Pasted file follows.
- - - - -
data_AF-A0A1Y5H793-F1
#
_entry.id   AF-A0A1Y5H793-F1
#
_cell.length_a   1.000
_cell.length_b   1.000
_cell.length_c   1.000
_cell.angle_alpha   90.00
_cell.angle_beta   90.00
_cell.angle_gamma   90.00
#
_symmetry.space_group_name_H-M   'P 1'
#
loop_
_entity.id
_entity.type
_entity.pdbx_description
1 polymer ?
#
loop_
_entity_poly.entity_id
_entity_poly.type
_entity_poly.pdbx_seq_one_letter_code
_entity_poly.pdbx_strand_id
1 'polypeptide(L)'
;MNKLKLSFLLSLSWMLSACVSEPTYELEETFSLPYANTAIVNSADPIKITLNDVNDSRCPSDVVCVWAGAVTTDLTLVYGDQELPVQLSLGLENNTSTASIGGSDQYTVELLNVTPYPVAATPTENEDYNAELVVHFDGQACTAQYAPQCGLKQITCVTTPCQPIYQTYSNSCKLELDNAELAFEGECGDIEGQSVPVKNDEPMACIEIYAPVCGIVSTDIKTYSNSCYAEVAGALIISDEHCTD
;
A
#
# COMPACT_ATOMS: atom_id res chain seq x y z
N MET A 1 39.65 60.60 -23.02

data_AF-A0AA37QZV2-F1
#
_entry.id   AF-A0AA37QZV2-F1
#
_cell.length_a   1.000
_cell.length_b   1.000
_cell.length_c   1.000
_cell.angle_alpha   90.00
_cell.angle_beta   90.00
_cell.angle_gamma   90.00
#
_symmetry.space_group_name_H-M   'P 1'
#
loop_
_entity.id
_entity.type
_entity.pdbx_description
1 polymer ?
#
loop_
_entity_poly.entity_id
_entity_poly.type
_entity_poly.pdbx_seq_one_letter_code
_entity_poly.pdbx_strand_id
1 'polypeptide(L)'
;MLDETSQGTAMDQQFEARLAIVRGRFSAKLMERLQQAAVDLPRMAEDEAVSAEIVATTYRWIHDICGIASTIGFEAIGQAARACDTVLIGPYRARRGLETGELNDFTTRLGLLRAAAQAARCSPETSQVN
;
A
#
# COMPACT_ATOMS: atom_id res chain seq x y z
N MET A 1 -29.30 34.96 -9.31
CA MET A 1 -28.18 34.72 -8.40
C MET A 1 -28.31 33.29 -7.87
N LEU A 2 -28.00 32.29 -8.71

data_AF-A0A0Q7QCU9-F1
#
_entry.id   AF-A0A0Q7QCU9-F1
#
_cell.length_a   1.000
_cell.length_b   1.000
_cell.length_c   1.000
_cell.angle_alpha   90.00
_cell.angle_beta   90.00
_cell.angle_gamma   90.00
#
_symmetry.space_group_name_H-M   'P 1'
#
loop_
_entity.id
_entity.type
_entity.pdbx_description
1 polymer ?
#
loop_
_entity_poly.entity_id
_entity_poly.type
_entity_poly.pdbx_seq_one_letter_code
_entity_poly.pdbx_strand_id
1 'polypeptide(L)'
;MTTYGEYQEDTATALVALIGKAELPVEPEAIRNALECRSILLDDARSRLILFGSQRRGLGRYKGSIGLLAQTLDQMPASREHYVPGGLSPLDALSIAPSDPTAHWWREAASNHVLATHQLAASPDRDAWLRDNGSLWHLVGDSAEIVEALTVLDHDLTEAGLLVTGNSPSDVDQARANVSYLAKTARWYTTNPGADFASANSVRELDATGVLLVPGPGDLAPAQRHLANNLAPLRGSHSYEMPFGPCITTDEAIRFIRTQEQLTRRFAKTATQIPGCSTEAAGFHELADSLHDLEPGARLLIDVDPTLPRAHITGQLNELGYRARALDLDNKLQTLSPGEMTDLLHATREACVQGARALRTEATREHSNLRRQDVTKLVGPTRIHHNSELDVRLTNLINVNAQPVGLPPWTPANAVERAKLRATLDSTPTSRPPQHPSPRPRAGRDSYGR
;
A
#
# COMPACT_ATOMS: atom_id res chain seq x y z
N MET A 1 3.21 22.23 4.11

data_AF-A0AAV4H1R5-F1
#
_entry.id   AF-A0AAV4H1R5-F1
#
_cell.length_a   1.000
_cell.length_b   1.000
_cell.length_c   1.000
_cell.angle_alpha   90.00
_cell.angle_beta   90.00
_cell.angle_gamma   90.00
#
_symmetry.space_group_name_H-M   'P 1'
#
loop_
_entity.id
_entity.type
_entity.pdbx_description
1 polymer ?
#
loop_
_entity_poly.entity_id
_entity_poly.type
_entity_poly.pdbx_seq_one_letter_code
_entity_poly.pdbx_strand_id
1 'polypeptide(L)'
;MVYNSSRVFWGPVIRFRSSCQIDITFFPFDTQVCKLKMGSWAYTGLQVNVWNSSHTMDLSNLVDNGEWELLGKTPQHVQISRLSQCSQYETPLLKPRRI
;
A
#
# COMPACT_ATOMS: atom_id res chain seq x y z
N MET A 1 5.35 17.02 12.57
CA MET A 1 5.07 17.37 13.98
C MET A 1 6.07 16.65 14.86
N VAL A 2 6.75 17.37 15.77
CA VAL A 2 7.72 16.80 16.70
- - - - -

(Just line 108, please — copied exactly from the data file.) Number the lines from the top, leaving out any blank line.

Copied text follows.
_symmetry.space_group_name_H-M   'P 1'